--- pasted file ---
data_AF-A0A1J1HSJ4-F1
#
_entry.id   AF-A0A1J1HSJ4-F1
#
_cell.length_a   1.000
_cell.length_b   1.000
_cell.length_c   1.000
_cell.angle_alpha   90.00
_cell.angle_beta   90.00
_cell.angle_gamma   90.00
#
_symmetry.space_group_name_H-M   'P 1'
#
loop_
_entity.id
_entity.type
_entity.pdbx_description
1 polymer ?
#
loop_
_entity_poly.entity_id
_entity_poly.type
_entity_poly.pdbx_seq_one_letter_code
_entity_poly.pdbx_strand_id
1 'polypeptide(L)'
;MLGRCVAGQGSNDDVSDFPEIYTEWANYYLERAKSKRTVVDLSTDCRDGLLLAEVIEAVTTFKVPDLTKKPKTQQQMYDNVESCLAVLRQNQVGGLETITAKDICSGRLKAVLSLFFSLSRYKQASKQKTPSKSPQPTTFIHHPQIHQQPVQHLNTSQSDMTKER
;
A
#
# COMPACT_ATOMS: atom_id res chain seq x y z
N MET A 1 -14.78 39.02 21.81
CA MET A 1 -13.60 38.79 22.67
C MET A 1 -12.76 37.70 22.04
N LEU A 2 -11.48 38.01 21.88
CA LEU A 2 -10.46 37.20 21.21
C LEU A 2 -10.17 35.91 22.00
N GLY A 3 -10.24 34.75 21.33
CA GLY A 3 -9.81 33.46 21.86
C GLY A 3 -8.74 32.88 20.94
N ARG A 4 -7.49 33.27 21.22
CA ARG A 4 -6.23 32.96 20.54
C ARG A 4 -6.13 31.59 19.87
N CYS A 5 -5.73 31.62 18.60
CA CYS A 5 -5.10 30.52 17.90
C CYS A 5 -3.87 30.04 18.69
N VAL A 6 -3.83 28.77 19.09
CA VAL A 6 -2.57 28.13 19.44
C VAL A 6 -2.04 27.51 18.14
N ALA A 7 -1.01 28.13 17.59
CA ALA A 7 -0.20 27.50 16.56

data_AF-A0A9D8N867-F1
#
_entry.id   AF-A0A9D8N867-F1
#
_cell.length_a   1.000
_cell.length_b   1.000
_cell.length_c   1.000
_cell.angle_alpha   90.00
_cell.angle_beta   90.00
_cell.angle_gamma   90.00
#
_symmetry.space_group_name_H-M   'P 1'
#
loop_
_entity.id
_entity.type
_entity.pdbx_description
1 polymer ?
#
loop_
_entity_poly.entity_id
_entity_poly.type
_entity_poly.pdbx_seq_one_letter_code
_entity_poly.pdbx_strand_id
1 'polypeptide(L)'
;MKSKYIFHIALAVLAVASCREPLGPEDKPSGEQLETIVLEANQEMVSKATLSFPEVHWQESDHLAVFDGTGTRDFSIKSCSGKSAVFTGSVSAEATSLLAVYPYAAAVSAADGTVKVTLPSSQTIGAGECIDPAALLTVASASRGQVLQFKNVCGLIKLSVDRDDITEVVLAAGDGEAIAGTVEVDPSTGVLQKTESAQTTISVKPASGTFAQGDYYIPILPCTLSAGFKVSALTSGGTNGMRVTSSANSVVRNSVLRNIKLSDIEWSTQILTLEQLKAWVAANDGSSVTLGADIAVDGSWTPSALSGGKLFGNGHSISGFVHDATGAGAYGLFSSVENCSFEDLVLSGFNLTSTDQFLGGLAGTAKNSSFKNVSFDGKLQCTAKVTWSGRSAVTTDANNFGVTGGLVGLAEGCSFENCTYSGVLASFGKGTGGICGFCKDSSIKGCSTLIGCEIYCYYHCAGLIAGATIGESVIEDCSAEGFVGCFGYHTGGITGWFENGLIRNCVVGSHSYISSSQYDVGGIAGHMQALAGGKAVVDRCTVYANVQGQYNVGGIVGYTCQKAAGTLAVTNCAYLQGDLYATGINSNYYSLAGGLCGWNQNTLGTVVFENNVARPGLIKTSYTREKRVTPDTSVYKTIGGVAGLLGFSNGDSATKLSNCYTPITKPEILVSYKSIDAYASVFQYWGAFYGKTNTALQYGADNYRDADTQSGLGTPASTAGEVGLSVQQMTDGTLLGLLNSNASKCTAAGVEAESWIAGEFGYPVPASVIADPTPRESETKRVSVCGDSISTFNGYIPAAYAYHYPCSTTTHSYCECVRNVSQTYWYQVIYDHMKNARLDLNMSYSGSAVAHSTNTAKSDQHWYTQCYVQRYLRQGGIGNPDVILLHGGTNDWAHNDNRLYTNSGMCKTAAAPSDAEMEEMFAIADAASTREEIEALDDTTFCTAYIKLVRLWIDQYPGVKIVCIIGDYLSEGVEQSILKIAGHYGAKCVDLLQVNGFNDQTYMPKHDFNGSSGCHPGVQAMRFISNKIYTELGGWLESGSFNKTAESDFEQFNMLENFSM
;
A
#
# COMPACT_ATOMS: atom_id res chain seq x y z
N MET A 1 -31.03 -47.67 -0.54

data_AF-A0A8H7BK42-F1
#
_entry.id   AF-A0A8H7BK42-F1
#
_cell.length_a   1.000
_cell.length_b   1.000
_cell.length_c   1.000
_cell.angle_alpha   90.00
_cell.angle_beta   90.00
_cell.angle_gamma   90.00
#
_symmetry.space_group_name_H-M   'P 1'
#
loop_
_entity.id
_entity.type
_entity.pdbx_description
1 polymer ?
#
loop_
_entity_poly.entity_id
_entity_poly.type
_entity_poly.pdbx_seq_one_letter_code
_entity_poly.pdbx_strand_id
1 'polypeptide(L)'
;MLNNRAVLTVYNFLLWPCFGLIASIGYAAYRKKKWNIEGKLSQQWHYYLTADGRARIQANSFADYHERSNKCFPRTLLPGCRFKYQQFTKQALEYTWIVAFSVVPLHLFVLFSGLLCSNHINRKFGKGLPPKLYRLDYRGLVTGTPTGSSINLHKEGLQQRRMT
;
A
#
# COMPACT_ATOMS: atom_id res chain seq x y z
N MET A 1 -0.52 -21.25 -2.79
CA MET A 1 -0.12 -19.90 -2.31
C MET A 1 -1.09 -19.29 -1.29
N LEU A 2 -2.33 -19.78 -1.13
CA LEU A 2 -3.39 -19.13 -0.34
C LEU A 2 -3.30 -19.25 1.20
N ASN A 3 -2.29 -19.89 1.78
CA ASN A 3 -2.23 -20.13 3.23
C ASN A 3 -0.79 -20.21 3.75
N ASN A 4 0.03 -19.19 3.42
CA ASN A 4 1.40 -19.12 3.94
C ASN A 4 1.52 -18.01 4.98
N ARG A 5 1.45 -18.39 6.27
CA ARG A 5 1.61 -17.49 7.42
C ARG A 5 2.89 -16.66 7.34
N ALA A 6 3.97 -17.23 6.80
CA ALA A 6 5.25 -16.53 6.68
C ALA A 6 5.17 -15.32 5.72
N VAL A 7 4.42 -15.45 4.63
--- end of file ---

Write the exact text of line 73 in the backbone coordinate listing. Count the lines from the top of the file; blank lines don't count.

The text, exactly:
_entity_poly.pdbx_seq_one_letter_code